SIU to present budget proposal

By Gus Bode

SIU officials will present the system’s fiscal year 2008 budget to the Illinois House of Representative’s higher education committee in Springfield today.

SIU President Glenn Poshard will present SIU’s budget and discuss the university’s financial needs and priorities.

“We made it very clear that our priority is to try to get as much of an increase in operating funds as possible,” Poshard said Thursday evening while waiting to meet with a member of the committee prior to the hearing.


The university is requesting a 3 percent boost in money for daily operations, but state officials have called that number unrealistic, Poshard said.

He said SIU has no way of knowing what it will receive.

“We don’t expect more than 1.5 to 2 percent in operations increases,” Poshard said.

Budget hearings were slated for Feb. 16, but a winter storm through central Illinois that brought more than 10 inches of snow shut the legislature down.

Gov. Rod Blagojevich also requested additional time to prepare his budget speech, moving it from Feb. 21 to March 7, said David Gross, executive assistant to the president for government relations.

He said the Illinois House of Representatives decided to proceed with budget hearings to stay on schedule for its May adjournment.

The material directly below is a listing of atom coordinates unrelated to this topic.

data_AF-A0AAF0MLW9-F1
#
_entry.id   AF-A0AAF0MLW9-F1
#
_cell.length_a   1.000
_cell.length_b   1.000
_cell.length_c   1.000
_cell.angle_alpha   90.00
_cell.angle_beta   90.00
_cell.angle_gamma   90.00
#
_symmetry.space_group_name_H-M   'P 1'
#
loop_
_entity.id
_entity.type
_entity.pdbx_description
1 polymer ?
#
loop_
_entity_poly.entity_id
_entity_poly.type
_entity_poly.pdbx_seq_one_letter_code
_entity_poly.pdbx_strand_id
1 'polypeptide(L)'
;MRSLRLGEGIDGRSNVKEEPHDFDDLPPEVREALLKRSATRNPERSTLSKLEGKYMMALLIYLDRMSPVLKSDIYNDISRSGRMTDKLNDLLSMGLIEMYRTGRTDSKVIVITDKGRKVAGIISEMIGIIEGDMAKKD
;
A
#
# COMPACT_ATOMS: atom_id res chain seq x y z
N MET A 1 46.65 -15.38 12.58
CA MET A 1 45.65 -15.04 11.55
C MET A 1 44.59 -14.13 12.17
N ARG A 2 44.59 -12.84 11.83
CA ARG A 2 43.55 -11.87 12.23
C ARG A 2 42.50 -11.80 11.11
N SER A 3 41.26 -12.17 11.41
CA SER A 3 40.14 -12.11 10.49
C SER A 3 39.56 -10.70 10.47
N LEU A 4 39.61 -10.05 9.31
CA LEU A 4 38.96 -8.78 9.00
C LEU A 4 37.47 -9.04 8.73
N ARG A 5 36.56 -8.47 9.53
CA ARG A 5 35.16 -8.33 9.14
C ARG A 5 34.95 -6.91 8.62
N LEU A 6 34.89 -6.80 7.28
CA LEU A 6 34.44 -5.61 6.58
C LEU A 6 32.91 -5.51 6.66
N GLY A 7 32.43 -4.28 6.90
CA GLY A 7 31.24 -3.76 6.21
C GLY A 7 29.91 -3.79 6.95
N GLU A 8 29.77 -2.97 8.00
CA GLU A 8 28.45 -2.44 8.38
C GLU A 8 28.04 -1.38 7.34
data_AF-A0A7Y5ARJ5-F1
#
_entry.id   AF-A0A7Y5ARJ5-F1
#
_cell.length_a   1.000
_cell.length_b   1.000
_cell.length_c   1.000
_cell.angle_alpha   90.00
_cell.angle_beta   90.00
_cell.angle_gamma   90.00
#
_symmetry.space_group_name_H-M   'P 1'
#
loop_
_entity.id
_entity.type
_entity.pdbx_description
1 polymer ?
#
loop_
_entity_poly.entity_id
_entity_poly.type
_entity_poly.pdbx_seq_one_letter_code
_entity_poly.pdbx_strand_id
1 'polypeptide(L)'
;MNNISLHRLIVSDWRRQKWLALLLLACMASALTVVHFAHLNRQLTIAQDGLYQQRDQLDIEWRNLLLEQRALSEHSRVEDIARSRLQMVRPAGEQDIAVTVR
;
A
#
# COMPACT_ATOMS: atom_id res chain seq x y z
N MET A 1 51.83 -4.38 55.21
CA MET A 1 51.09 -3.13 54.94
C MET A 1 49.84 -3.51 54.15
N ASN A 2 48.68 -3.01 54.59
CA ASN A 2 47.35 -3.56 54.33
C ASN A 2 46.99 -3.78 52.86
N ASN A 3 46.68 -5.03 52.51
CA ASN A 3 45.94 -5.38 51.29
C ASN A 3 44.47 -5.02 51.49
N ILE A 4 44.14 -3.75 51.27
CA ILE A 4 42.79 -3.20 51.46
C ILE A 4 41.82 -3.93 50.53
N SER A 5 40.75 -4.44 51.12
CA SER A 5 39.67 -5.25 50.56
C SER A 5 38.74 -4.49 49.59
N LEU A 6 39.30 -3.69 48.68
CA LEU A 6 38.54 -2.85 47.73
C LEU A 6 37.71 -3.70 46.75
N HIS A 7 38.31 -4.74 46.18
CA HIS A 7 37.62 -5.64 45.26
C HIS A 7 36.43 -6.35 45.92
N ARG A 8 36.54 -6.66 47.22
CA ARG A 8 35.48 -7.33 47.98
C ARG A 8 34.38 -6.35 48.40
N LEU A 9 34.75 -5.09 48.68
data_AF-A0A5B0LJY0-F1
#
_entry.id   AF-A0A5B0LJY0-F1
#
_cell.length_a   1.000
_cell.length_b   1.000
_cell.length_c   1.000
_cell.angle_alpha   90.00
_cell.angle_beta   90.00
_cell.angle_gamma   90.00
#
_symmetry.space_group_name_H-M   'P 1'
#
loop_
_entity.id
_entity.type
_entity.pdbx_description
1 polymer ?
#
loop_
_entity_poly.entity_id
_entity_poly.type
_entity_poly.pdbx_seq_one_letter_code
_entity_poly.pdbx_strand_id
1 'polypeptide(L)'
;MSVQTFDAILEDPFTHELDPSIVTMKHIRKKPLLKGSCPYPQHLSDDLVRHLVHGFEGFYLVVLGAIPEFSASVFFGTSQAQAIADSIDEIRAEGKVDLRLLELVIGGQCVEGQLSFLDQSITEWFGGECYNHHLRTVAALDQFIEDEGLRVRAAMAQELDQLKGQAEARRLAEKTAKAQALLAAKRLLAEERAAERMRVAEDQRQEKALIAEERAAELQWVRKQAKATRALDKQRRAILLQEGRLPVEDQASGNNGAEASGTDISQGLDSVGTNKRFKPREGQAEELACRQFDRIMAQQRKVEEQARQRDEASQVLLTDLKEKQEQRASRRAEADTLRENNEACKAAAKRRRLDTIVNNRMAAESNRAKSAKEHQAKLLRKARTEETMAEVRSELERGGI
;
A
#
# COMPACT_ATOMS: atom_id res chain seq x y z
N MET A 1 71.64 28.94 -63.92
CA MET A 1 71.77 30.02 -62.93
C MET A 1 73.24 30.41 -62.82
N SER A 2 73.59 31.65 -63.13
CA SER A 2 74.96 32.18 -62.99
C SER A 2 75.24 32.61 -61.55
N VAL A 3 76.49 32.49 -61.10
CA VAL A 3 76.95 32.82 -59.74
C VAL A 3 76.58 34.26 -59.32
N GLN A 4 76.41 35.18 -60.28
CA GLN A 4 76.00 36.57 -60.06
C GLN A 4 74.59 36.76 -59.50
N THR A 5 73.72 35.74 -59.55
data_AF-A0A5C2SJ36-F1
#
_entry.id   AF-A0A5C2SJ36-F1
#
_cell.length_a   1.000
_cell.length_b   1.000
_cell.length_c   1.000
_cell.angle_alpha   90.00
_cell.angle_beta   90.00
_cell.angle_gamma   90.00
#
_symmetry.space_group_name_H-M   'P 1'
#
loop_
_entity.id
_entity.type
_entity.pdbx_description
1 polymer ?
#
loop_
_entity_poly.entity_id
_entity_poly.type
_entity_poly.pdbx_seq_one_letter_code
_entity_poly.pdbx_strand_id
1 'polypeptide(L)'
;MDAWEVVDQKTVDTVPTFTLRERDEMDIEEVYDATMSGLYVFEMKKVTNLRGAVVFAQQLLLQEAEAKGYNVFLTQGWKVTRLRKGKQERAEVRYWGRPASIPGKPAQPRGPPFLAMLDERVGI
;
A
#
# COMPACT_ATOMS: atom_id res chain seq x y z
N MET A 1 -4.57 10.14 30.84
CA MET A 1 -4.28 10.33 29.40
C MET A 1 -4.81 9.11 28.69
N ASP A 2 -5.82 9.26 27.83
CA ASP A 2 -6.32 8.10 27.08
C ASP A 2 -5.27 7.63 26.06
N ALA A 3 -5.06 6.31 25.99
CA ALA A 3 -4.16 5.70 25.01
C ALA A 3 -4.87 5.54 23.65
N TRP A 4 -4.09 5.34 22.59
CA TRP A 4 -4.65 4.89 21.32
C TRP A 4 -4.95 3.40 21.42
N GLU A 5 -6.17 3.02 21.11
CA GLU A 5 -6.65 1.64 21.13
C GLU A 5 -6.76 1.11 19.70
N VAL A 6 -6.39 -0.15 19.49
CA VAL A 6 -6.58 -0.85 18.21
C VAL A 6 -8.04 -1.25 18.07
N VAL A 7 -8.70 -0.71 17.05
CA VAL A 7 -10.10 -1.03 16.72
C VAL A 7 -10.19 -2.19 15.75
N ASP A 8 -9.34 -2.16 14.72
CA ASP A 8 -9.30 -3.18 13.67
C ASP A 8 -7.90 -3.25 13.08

“It’s a bit unusual to have our budget heard before the governor’s budget address, but what the House staff has indicated is that they’re willing to take testimony,” Gross said.


Poshard said the system’s largest requests meant to garner the maximum operations increase possible.

SIU received the largest operations increase in 2006 at 1.9 percent. All other Illinois schools got a 1.5 percent increase.

The extra .4 percent was awarded for a new lab at the SIU School of Medicine in Springfield.

All Illinois schools are pushing for a capital bill, Poshard said, adding that the last capital bill passed four or five years ago.

Deferred maintenance has also caused all schools to ask for money to update buildings and equipment, Poshard said.

According to Poshard, the biggest parts of the budget are operations, capital, deferred maintenance and as much research funding as possible.

Poshard said working for an increase in scholarship funds for low and middle-income families was equally important. Cuts at the state and federal level have made higher education a difficulty, he said.

“[The cuts] cut more and more students out who would love to come to higher education, and that’s a bad situation,” Poshard said. “I think every university in the state talked to the budget director about this.”

He said education is this country’s biggest strength and not ensuring an education for the middle class would set the country back.

“This is a dangerous road to keep going down,” Poshard said.

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